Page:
Glasgow, until 25 April 2016
Kelvin Hall is a semi-derelict monument to the fag-end of Glasgow’s great art deco adventure. Built during the city’s industrial prime as an exhibition hall, it is now a building site, undergoing refurbishment. This has not stopped the Glasgow International art festival, the loose theme of which is the legacy of industry, from using it as a venue for two of the 78 exhibitions currently running across the city. Visitors must therefore navigate dilapidated stairwells and boarded up doorways to find the two rooms of art huddled in the front of the building.
In the foyer is a show by Australian painter Helen Johnson. Her large-scale canvases are suspended, unstretched, from ropes in the middle of the room, allowing the viewer to examine front and back. The backs contain notes and sketches; the fronts show Johnson’s complex, inventive and obscure painting.
The benefit of this Janus display is unclear; the painted side is very obviously the one to look at and the reverse notes add little. Johnson works in acrylic, creating fascinating, textured, stenciled and printed compositions that wander between layers of figuration and abstraction. The thick, combed acrylic gives a tactile tapestry-like quality to a surface enriched by glossy glazes. The meaning is mysterious, the figures hinting at a narrative that relates to Australian history and to classical motifs.
The printed notes that accompany the show, produced by Glasgow gallery Mary Mary, are the most pretentious and incomprehensible I have ever read. ‘Painting possesses neither the reverberation of sound nor the actuality of the object in its horizon of finitude” is a typical line, and no less lucid than the rest. Worthless as a way into the paintings, this opaque and meaningless writing is an insult to the quality of the painting and a betrayal of any viewer who might hope to glean further understanding of the work without a doctorate in self-regarding curatorial semantics.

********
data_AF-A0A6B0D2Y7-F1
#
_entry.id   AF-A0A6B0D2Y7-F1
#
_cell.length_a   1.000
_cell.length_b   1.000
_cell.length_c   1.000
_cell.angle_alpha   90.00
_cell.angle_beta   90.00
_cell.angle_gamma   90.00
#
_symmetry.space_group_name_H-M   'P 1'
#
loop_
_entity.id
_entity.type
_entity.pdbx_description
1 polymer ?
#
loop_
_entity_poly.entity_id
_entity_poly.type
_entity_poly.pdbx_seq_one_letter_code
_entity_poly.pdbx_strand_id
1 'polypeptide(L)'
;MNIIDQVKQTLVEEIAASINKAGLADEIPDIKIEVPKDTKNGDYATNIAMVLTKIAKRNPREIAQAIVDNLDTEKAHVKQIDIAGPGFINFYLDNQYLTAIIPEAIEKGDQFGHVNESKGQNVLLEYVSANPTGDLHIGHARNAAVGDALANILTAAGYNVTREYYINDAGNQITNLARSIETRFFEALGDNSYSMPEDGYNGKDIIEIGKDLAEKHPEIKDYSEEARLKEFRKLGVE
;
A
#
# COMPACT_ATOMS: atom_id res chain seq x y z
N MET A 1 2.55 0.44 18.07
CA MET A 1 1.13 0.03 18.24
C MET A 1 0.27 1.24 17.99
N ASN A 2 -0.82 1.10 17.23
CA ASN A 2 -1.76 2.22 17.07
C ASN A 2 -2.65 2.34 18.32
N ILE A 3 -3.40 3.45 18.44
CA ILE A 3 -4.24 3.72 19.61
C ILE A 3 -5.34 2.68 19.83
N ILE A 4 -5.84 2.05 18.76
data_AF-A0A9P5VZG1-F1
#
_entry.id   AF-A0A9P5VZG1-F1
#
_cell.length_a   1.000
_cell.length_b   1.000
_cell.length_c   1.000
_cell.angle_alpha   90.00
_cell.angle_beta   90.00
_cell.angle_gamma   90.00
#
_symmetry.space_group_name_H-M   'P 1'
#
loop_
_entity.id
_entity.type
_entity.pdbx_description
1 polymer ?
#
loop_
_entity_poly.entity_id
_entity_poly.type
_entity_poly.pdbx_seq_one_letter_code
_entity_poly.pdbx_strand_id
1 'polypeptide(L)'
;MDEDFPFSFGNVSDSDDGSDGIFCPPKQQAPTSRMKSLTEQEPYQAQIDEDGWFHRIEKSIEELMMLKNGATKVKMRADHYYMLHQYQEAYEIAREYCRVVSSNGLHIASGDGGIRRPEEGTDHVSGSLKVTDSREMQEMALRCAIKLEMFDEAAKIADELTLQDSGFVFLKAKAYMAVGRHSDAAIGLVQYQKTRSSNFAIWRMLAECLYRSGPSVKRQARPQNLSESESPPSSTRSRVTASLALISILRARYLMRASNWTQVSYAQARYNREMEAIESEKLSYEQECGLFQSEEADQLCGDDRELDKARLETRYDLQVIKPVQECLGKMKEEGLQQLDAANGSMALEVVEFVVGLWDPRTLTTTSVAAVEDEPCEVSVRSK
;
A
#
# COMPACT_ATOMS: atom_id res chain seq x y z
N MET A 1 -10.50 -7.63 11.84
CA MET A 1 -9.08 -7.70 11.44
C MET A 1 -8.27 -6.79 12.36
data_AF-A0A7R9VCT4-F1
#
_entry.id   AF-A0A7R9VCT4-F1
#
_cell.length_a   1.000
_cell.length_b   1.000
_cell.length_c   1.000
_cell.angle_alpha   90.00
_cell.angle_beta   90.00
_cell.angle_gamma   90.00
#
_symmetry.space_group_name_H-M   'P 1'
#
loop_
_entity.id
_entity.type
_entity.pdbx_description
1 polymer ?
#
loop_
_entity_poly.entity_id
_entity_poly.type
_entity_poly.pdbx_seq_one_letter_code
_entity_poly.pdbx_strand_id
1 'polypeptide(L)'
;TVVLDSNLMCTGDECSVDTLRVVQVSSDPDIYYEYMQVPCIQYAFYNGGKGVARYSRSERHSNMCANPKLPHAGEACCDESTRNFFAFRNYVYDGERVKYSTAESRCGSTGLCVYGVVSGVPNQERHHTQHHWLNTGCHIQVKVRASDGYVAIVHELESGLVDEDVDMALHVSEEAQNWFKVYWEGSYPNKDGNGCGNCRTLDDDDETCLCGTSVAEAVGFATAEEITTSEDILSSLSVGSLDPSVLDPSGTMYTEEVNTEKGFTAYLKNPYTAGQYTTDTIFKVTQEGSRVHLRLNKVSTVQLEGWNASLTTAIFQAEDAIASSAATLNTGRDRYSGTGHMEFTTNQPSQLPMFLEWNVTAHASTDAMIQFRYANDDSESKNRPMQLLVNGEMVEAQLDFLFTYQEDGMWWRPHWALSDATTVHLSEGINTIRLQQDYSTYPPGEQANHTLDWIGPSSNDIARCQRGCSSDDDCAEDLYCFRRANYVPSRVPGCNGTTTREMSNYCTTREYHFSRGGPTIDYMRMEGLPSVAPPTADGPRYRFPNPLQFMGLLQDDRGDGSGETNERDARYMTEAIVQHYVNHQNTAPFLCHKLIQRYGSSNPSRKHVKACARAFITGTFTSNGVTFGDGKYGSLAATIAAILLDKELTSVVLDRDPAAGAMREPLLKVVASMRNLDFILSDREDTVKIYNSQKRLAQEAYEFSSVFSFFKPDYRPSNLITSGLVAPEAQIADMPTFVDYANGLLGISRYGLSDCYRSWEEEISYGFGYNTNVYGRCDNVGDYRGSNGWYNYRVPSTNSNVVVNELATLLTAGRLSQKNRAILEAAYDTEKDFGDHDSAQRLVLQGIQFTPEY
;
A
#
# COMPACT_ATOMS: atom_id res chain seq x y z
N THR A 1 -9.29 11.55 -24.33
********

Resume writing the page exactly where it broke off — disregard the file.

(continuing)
Upstairs, Claire Barclay has created a sculptural installation that reflects the heritage of the venue, specifically referencing the 1951 Exhibition of Industrial Power. The result is ‘Bright Bodies’, a floor filled with materials – steel, rubber, cotton and coal – arranged to highlight the contrasting physicality of each substance.
The eye follows a sweep of rumpled red rubber, jarred occasionally by the sharp edge of steel or drip of tar. The colour is adventurous and the smell of all that rubber striking but the work is overwhelmed by the venue. The backdrop of stained glass, yellow walls and ornate cornicing distract, compete and conquer. This is perhaps work for the white cube.
On the south side of the river at Oxford House, also part building site, is a welcome little exhibition by Carol Rhodes, a fine painter now at the end of her career. This show is a timely reminder of her wonderful, relaxed style and carefully constructed liminal landscapes. Drawn from aerial photography, these composite images, shown here as both drawings and paintings, are studies of an imagined world of in-between places, isolated structures and shifting morphology. These are ruminative works that celebrate the skeletal and visceral anatomy of landscape.
Rhodes enthusiasts should then walk around the corner to 42 Carlton Place where she has co-curated an exhibition of Louis Michel Eilshemius paintings. This intriguing show brings together a group of paintings by a strange, largely forgotten American painter. Operating a century ago, Eilshemius was a bizarre character, both artist and celebrity oddball, championed by Marcel Duchamp and scorned by the art establishment. His paintings, weird little vignettes, often staged within a frame painted on the canvas (a trick he tried to patent), are peculiar and fascinating.
This being Glasgow, painting is an adjunct to the serious business of installation, sound, video and performance art. Visitors to Glasgow School of Art can enjoy the spectacle of Mackintosh-hunting tourists being obliged to don headphones and listen to shamanic chanting as they circle around Serena Korda’s display of giant porcelain mushrooms. Portals to the underworld, and symbolic of the Isle of Mull, these mushrooms are occasionally played as bells by performers.
Down at Tramway, Lawrence Lek’s ‘QE3’ stands out. Using video game software to create a short film, Lek imagines a future when the Glasgow-built cruise ship QE2 languishes in a Dubai dry dock. The film is narrated by a philanthropist who brings the liner back to Glasgow to serve as new premises for Glasgow School of Art, the original building never having been restored after the 2014 fire. Industry becomes art but nothing is quite what it seems and the final scene shows a model of the restored ship burning in the old art school library. There is some heavy-handed social critique in this melancholic elegy to Clydeside’s industrial legacy but it is a surprisingly engaging piece, with a haunting soundtrack of music, voice and engine thrum.
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